Pima County court to hear Simon's case
A UA professor yesterday predicted the university and a Kansas City newspaper may have to pay former Wildcat basketball star Miles Simon more punitive damages now that his defamation lawsuit has moved to Pima County.
Jim Calle, a local attorney and University of Arizona journalism professor, said the suit's removal from federal court may work in Simon's favor and against the University of Arizona.
While a case's outcome would not be affected by the venue change, the amount of punitive damages the UA would pay if found liable could increase, he said.
"Some jurors might want to favor Simon, while some might want to favor the university - it can go either way," he said.
Calle added, however, that "federal courts are notorious for rewarding smaller settlements."
Simon, now with the Orlando Magic, filed a $1 million defamation and invasion of privacy suit in U.S. District Court in Los Angeles in Oct., 1998 after an article appeared in the Kansas City Star.
The Oct. 10, 1997 Kansas City Star article "MVP made grade only on the court" alleged Simon received preferential treatment at the UA because he was a star athlete.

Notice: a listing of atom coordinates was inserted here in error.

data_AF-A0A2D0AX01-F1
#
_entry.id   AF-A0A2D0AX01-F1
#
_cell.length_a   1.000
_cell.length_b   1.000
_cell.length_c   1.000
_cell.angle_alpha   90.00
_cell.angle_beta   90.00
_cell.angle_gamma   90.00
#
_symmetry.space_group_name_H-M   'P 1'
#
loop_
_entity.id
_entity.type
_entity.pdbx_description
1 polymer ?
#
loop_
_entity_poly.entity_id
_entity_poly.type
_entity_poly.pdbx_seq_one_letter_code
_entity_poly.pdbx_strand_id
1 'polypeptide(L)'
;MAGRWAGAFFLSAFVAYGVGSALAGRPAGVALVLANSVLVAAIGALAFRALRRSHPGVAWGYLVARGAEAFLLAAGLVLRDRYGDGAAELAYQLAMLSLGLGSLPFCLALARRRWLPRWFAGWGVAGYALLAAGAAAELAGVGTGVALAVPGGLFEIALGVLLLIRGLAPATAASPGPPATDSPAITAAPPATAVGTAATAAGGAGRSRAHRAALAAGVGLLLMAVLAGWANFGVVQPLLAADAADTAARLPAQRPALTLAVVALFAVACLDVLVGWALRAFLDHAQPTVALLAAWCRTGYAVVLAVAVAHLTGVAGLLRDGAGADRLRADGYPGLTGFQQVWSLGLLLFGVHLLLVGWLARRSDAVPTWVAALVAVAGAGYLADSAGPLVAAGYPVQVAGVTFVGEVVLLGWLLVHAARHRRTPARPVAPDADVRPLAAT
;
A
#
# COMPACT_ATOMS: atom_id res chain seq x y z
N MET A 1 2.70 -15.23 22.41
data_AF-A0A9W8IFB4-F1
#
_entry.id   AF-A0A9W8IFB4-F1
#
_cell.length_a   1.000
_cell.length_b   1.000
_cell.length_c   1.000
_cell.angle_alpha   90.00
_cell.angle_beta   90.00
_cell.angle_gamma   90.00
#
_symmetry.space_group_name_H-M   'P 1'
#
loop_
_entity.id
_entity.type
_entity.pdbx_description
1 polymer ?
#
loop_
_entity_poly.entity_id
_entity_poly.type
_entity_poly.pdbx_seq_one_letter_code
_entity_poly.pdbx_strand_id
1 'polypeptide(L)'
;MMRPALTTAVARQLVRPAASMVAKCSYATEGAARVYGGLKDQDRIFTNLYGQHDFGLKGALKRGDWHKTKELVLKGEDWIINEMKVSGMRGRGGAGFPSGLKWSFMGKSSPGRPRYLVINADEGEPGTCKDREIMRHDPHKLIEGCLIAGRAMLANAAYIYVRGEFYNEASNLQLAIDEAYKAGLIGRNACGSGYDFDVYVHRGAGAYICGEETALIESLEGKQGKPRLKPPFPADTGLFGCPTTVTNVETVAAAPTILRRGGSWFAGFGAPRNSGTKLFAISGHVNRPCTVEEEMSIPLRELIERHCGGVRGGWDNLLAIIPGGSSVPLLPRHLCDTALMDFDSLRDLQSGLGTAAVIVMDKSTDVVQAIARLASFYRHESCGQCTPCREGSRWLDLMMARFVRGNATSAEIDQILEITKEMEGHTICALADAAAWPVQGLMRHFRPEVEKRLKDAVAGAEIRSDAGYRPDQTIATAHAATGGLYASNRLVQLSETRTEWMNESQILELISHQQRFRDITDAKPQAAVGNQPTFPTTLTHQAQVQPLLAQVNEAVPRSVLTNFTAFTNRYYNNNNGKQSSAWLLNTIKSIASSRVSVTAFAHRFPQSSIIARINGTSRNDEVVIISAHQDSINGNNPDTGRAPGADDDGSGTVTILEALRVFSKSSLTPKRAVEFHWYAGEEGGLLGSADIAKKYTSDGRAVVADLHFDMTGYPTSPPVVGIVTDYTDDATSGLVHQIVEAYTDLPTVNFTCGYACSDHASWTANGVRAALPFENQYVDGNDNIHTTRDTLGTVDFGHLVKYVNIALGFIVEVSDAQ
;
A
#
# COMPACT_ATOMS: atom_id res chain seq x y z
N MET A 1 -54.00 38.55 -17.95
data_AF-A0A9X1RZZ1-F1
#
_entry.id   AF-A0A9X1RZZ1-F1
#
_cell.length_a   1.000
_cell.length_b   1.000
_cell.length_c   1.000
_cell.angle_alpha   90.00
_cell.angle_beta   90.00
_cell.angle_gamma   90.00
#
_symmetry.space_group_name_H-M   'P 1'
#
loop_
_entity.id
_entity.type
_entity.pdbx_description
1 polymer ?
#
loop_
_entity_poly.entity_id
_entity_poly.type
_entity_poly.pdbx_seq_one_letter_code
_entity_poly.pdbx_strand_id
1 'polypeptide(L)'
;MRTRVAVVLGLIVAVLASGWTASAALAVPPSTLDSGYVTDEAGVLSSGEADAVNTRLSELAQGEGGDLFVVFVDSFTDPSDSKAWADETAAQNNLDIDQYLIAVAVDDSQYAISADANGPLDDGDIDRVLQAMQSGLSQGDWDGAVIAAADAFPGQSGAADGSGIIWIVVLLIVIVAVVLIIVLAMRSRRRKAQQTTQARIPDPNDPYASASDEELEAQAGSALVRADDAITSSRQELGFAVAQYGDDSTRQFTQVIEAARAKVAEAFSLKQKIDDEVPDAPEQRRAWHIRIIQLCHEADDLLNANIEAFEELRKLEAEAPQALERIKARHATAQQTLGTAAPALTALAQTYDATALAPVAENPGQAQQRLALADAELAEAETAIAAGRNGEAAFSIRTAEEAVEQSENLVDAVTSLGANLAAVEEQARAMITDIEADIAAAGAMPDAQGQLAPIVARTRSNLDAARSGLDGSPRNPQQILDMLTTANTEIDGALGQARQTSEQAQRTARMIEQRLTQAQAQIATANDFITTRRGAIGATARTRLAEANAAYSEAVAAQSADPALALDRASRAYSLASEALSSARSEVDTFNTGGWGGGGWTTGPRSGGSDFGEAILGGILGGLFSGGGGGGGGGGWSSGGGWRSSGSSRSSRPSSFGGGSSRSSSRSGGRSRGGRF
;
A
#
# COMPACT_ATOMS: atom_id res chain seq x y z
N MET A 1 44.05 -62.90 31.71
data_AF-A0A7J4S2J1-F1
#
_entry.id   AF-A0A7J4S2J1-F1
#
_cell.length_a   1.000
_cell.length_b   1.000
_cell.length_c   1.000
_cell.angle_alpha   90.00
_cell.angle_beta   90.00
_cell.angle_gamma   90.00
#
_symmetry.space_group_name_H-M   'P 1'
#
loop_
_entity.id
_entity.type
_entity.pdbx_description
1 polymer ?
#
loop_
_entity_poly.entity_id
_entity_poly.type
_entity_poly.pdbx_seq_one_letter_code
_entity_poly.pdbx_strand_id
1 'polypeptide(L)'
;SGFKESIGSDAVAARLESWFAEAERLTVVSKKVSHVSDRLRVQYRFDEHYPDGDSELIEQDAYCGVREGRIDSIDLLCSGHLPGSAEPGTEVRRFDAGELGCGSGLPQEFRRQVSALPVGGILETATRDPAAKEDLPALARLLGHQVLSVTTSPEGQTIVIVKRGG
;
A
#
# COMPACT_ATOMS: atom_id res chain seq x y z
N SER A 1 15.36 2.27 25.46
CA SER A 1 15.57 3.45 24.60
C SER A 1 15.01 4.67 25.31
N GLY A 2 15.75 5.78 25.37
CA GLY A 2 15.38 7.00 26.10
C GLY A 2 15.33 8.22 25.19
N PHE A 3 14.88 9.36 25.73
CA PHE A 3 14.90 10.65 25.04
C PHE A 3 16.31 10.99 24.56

The basketball player last Monday re-filled the lawsuit in Pima County Superior Court after a California judge said the case was not under federal jurisdiction.
But the venue change could benefit the University of Arizona, while possibly harming the Kansas City Star and its parent company, Knight Ridder Corp., said Doug Metcalf, an attorney with the Brown and Bain law firm.
Metcalf said Simon can bring the same complaints into the Pima County Superior Court that he filed during the federal case.
"I would assume the general preference for the newspaper would be to have the case in federal court," he said. "The UA would probably have a better chance in Pima County."
The lawsuit was probably transferred because a state can only be sued by a private individual in that state, he said.
Simon's court document said he was "held up to public ridicule and his privacy was invaded and he was humiliated and made to suffer embarrassment" after the UA released his grades to the Kansas City Star.
Simon also alleges the university violated the Family Educational Rights and Privacy Act of 1974, when officials released his grades to the Kansas City Star. Arizona state law has adapted FERPA.
Simon's suit names the Arizona Board of Regents, Michael Gottfredson, the UA's vice president for undergraduate education and Laura Anderson, the university's transcript supervisor as defendants.
Also named in the suit are the Cypress Media Corp., the Kansas City Star and its publisher Arthur Brisbane and reporter Mike McGraw.
Calle added that he thought the university could defend itself by claiming that Simon didn't make a timely claim in state court.
Simon's attorney, Milton Grimes, and UA attorney Mike Proctor were both unavailable for comment yesterday.